Procedure Coding: When to Use the 91 Modifier
This is part of the Modifier Series, the articles include:
- Modifers 59, 25, and 91
- Modifier 59
- Modifier 25
- Modifier 26
- Modifier 22
- Modifier 51
- Modifier 53
- Modifier 58
- Modifier 52
- Modifier 79
We all know how difficult it can be to get payers to reimburse appropriately when a claim is sent completely clean. But forget just one modifier and you can easily fall into a tedious cycle of denials, corrected claims and appeals – nobody’s idea of a fun time. In order to prevent further frustration around getting your claims and providers paid, it’s important to have accurate coding knowledge on your side.
In discussing the 91 modifier, we’ll clarify how it applies to repeated lab tests done on the same day for the same patient. Why does this matter? Specifically, because modifier 91 deals with showing that a repeated service was done with intent and should be a payable service.
Defining Modifier 91
Modifier 91 is defined by CPT® as representative of Repeat clinical diagnostic laboratory test, and is used to indicate when subsequent lab tests are performed on the same patient, on the same day in order to obtain new test data over the course of treatment. You can probably understand why it’s important to append appropriate modifiers when billing the same CPT two or even three times on the same day for the same patient. Imagine the claim from the payer’s perspective, and it would appear to be duplication of services, earning these claims an immediate denial.
The 91 modifier is most often confused with the 59 modifier, used for distinct procedural service, and this is understandable. However, it’s important to note that while modifier 59 may make sense for many scenarios, modifier 91 allows billing to the highest specificity due to it being a modifier for lab tests only. Modifier 91 should be billed instead of 59 in most lab cases, so it’s important to learn how to use it appropriately.
To provide more insight into when you’d need to apply the 91 modifier, and to underline the importance of its appropriate use, here are some clarifying examples of modifier 91 at work.
Modifier 91 Example 1
A patient is seen in the ER, where her physician orders a blood glucose meter lab test. Later during the same visit, the physician orders a second BGM lab test in order to identify separate accession and result numbers. Appropriate coding of this encounter would be: 82962; 82962-91.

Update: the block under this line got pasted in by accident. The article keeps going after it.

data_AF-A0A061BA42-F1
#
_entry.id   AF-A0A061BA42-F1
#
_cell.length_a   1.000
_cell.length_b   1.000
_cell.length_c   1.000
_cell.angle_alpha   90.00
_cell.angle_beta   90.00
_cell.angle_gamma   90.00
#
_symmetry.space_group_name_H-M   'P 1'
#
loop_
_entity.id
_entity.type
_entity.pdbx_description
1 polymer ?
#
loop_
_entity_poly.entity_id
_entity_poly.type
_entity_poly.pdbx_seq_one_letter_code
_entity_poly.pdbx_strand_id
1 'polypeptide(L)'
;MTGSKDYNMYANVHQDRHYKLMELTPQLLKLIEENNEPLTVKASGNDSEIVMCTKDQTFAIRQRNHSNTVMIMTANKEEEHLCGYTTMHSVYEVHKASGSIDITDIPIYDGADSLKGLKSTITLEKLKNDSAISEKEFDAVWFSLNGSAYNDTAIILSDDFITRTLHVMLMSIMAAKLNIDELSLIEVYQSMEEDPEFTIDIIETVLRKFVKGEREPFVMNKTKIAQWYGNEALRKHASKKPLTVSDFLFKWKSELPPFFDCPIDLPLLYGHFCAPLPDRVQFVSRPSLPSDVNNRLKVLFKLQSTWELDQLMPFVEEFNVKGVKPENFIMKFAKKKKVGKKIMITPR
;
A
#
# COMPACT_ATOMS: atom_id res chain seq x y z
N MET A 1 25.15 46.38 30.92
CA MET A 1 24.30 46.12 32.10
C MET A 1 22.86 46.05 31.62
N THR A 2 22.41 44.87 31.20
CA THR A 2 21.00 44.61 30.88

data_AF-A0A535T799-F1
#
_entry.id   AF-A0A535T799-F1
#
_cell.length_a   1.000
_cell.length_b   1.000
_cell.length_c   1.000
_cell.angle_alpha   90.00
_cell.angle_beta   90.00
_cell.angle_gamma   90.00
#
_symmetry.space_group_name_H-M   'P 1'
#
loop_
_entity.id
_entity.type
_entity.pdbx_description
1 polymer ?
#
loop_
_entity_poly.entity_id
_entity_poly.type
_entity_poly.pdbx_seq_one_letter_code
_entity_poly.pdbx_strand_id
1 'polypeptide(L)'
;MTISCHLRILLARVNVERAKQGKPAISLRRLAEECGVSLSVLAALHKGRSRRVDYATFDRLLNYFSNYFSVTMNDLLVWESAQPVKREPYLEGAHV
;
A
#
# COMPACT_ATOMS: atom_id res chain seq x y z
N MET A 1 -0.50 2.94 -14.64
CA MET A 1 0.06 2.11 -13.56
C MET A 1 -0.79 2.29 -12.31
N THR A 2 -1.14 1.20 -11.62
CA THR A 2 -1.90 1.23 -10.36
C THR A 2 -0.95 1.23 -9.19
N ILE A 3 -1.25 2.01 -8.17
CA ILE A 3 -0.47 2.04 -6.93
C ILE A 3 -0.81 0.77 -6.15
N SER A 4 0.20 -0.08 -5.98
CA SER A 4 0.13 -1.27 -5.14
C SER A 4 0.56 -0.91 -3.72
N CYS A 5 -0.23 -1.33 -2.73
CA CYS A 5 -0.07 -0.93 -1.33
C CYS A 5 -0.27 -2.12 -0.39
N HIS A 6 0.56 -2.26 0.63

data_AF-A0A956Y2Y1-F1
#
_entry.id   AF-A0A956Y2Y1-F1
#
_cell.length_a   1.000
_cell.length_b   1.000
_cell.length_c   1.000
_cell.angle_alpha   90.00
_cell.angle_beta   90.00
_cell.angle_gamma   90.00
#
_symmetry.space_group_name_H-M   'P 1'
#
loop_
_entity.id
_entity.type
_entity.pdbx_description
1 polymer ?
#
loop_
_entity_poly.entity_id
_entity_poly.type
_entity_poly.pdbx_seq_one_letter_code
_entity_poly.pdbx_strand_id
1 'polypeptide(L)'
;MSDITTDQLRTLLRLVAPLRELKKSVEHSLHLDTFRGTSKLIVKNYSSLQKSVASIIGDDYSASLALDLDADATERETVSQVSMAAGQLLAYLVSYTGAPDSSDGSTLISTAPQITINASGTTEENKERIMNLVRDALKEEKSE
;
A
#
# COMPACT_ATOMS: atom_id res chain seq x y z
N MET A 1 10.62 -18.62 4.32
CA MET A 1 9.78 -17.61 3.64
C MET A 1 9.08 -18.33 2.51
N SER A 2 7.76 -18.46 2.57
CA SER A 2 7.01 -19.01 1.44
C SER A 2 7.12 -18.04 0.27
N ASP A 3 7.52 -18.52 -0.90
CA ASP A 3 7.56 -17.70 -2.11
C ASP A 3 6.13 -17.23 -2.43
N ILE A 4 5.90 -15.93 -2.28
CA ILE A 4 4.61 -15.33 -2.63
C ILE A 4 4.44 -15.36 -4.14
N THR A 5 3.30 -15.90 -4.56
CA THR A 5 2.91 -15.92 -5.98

Modifier 91 Example 2
An elderly male patient with diabetic ketoacidosis had multiple blood tests performed to check his potassium levels following potassium replacement and low-dose insulin therapy. After the initial potassium results, three subsequent blood tests were ordered and performed on the same date to monitor his blood levels over the course of the potassium treatment. Coding for this scenario is:
84132 Potassium; serum, plasma or whole blood
84132-91; 84132-91; 84132-91
When not to use Modifier 91
- On a repeat lab test performed only to confirm initial results
- When a lab test was repeated due to a problem with the specimen or equipment
- When a series of lab tests would be better represented by another code; for example, glucose tolerance testing under code 82951 already includes 3 specimens under one code, so modifier 91 would not apply.
The 91 modifier may have its points of confusion, but a little clarification can go a long way.
As the standard rule for billing modifiers regardless of their individual use, supporting documentation of the services performed should be maintained in the patient’s medical record. This documentation will need to do more than prove medical necessity. It also needs to substantiate that the repeat lab tests were performed separately and appropriately to rule out any questioning from the payer.